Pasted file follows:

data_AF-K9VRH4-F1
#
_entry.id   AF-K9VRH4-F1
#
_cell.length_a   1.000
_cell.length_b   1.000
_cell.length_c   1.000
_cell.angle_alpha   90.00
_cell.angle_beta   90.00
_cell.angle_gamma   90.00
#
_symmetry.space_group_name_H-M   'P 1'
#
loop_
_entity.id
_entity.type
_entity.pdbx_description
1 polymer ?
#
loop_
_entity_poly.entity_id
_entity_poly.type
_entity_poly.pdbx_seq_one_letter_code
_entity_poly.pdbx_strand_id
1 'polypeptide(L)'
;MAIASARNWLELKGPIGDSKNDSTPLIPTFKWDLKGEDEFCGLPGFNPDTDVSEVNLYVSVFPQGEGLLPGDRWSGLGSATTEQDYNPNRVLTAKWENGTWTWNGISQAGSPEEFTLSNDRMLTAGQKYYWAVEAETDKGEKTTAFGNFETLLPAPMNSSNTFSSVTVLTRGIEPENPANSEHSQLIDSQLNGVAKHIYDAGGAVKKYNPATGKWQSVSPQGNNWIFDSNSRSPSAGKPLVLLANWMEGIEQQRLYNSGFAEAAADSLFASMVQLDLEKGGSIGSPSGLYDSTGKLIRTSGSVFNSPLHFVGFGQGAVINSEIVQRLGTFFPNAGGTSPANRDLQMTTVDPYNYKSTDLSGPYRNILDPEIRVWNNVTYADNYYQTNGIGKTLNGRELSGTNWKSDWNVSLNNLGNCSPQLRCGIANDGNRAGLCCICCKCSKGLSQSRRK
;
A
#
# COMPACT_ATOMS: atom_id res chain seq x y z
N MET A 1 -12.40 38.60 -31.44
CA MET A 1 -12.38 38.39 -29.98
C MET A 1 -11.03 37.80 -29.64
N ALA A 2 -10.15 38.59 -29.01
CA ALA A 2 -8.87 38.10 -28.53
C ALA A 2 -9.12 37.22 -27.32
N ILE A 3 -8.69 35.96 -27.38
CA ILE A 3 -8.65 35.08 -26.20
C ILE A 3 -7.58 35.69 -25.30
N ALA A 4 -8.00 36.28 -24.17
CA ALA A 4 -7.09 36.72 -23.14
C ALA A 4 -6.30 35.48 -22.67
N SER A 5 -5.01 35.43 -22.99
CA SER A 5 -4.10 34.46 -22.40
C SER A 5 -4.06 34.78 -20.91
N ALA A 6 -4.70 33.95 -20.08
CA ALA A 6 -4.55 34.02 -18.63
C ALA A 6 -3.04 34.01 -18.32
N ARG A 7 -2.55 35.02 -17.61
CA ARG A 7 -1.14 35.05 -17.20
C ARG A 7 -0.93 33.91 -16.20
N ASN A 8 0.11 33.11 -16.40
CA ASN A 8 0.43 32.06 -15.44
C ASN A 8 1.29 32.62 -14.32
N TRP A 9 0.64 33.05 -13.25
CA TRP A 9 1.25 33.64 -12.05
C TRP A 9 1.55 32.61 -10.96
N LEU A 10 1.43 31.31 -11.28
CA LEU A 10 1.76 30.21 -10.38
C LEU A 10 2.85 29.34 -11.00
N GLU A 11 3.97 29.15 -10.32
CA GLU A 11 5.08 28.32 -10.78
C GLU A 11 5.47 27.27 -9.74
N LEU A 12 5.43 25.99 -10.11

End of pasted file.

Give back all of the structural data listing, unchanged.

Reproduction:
data_AF-K9VRH4-F1
#
_entry.id   AF-K9VRH4-F1
#
_cell.length_a   1.000
_cell.length_b   1.000
_cell.length_c   1.000
_cell.angle_alpha   90.00
_cell.angle_beta   90.00
_cell.angle_gamma   90.00
#
_symmetry.space_group_name_H-M   'P 1'
#
loop_
_entity.id
_entity.type
_entity.pdbx_description
1 polymer ?
#
loop_
_entity_poly.entity_id
_entity_poly.type
_entity_poly.pdbx_seq_one_letter_code
_entity_poly.pdbx_strand_id
1 'polypeptide(L)'
;MAIASARNWLELKGPIGDSKNDSTPLIPTFKWDLKGEDEFCGLPGFNPDTDVSEVNLYVSVFPQGEGLLPGDRWSGLGSATTEQDYNPNRVLTAKWENGTWTWNGISQAGSPEEFTLSNDRMLTAGQKYYWAVEAETDKGEKTTAFGNFETLLPAPMNSSNTFSSVTVLTRGIEPENPANSEHSQLIDSQLNGVAKHIYDAGGAVKKYNPATGKWQSVSPQGNNWIFDSNSRSPSAGKPLVLLANWMEGIEQQRLYNSGFAEAAADSLFASMVQLDLEKGGSIGSPSGLYDSTGKLIRTSGSVFNSPLHFVGFGQGAVINSEIVQRLGTFFPNAGGTSPANRDLQMTTVDPYNYKSTDLSGPYRNILDPEIRVWNNVTYADNYYQTNGIGKTLNGRELSGTNWKSDWNVSLNNLGNCSPQLRCGIANDGNRAGLCCICCKCSKGLSQSRRK
;
A
#
# COMPACT_ATOMS: atom_id res chain seq x y z
N MET A 1 -12.40 38.60 -31.44
CA MET A 1 -12.38 38.39 -29.98
C MET A 1 -11.03 37.80 -29.64
N ALA A 2 -10.15 38.59 -29.01
CA ALA A 2 -8.87 38.10 -28.53
C ALA A 2 -9.12 37.22 -27.32
N ILE A 3 -8.69 35.96 -27.38
CA ILE A 3 -8.65 35.08 -26.20
C ILE A 3 -7.58 35.69 -25.30
N ALA A 4 -8.00 36.28 -24.17
CA ALA A 4 -7.09 36.72 -23.14
C ALA A 4 -6.30 35.48 -22.67
N SER A 5 -5.01 35.43 -22.99
CA SER A 5 -4.10 34.46 -22.40
C SER A 5 -4.06 34.78 -20.91
N ALA A 6 -4.70 33.95 -20.08
CA ALA A 6 -4.55 34.02 -18.63
C ALA A 6 -3.04 34.01 -18.32
N ARG A 7 -2.55 35.02 -17.61
CA ARG A 7 -1.14 35.05 -17.20
C ARG A 7 -0.93 33.91 -16.20
N ASN A 8 0.11 33.11 -16.40
CA ASN A 8 0.43 32.06 -15.44
C ASN A 8 1.29 32.62 -14.32
N TRP A 9 0.64 33.05 -13.25
CA TRP A 9 1.25 33.64 -12.05
C TRP A 9 1.55 32.61 -10.96
N LEU A 10 1.43 31.31 -11.28
CA LEU A 10 1.76 30.21 -10.38
C LEU A 10 2.85 29.34 -11.00
N GLU A 11 3.97 29.15 -10.32
CA GLU A 11 5.08 28.32 -10.78
C GLU A 11 5.47 27.27 -9.74
N LEU A 12 5.43 25.99 -10.11